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On December 3 and 4, 1996, tape manipulator and sound collagist Phil Milstein got together with Sonic Youth guitarist, singer, and songwriter Thurston Moore to take a musical trip. They didn’t physically travel far to record their two duets, one at the Iron Morse Music Hall in Northampton, MA and the other at The Middle East in Cambridge, MA. But what they created might help send a listener to the inner or outer limits.
Their recordings stand as the ultimate in “Anti-Pop” music: There are no 3-4 minute chart-friendly singles, no twenty-something starlets singing passages from their diary, no breaks featuring this month’s hot rap star. What you do have is two middle-aged dudes who recorded two very long tracks (Vol. 1 is 42 minutes long and Vol. 2 is 44 minutes) that set aside verses and hooks in favor of an approach similar to drone and noise music, something they’ve both been doing for decades.
Moore layers his guitar improvisations and effects over Milstein’s found-object sound structures as musical themes and ideas drift by like clouds. Their interactions are not unlike what jazz musicians do when they improvise, listening and responding to each other through the sounds they make.
Both volumes of this 2-record set are the kind of music where you can put your headphones on, press “play,” and lose track of time for a while. It’s good stuff if you need to add some active yet low-key abstraction to your life.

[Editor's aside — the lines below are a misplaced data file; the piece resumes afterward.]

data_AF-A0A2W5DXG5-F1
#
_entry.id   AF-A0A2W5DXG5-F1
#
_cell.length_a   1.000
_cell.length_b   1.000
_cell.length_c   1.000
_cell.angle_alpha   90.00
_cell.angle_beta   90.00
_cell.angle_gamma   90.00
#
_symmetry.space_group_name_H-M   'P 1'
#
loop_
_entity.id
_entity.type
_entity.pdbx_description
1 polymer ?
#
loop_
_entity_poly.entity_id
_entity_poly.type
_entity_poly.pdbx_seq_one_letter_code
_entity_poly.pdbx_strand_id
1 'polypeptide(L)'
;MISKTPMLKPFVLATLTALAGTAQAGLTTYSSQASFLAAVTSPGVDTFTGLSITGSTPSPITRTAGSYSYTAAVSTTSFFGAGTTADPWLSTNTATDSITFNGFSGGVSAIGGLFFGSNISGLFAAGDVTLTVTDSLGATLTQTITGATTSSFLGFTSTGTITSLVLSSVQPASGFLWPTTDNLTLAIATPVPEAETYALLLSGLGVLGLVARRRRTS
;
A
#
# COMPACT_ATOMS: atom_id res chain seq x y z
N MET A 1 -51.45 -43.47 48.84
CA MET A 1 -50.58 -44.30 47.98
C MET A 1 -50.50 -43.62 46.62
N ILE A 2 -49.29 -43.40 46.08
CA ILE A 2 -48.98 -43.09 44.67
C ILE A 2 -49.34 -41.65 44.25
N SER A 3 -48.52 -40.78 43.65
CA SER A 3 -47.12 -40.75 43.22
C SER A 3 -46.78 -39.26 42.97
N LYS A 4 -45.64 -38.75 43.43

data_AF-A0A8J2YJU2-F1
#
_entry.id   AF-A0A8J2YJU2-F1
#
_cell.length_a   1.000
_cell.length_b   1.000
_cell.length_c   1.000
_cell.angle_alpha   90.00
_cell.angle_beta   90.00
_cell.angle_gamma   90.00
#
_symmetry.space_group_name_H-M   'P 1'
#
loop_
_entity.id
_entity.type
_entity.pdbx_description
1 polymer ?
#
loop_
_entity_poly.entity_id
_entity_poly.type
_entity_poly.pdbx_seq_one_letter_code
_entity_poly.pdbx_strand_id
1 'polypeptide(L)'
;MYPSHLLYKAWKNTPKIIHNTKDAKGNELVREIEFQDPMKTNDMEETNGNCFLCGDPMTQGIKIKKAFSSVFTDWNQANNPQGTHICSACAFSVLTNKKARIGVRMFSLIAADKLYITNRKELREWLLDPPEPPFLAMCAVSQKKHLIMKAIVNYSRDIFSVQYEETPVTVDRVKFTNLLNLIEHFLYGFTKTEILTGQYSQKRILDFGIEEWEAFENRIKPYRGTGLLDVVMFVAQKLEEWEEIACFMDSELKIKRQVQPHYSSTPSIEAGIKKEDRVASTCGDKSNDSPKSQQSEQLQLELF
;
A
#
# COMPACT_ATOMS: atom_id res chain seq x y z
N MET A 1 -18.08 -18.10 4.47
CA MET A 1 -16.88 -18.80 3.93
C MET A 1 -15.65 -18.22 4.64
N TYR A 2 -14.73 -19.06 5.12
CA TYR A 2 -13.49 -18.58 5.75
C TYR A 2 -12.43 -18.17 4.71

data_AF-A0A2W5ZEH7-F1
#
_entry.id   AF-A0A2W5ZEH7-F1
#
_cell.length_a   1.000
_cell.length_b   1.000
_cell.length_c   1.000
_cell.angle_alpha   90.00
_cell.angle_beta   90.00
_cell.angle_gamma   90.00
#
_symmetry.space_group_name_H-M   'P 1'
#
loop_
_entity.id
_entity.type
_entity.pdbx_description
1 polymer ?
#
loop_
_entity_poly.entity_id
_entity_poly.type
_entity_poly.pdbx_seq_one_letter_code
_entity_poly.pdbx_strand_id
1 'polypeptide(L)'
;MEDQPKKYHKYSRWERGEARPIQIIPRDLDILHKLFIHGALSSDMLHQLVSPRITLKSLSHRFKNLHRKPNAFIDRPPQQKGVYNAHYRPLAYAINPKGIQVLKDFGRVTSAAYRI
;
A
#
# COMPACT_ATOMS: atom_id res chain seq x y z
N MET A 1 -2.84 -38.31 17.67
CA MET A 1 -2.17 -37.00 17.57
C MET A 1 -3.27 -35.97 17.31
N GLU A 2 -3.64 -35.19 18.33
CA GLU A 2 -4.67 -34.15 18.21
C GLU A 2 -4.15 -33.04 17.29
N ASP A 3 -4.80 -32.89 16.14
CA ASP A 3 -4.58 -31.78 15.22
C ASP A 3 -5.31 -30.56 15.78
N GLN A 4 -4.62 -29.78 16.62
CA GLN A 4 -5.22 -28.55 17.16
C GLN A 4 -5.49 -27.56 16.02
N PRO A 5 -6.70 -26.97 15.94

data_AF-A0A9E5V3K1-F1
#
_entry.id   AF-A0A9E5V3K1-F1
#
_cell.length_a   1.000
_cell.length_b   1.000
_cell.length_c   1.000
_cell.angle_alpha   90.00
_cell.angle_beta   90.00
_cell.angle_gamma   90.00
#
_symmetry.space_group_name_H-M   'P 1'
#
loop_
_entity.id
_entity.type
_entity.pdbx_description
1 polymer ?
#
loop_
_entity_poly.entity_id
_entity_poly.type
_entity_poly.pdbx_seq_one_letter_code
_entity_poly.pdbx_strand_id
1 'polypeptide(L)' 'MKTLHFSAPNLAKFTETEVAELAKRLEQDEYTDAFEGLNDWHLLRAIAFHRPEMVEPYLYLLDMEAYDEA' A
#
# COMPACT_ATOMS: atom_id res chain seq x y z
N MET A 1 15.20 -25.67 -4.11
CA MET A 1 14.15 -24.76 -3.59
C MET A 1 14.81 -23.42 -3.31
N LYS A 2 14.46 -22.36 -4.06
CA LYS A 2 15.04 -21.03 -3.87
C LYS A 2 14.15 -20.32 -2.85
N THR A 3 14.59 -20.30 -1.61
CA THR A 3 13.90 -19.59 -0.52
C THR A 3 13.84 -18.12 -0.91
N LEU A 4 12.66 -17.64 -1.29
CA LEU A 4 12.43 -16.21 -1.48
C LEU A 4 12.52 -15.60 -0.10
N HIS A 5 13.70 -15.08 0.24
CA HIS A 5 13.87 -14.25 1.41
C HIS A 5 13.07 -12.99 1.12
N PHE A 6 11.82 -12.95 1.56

He enrolled in a college in Connecticut, but split for New York City before he could attend. I’m sure his parents weren’t pleased, but it turned out pretty well for birthday boy Thurston Moore. Moore quickly immersed himself in the avant garde scene, but his first band in NYC involved a brief stint in the hardcore band Even Worse, with Big Takeover publisher Jack Rabid. A few years down the line, Moore and future wife Kim Gordon started playing together, leading to the formation of Sonic Youth. Lee Renaldo was pulled away from Glenn Branca’s guitar ensemble, and eventually, Steve Shelley took over on drums. Sonic Youth carved out a new path for rock music in the ‘80s and ‘90s, eventually making their music more accessible, but never straying too far away from something challenging. Moore and Ranaldo created new guitar sounds, with unusual tunings and an adventurous spirit. Moore was also a mentor for many artists and went on to make some fine solo records. And, I’ll always be a fan knowing that Moore and temporary Sonic Youth bandmate Jim O’Rourke used to sing Sparks songs in a karaoke bar in Europe. In honor of Mr. Moore, please grab your iPod or MP3 player, hit shuffle, and share the first 10 songs that come up.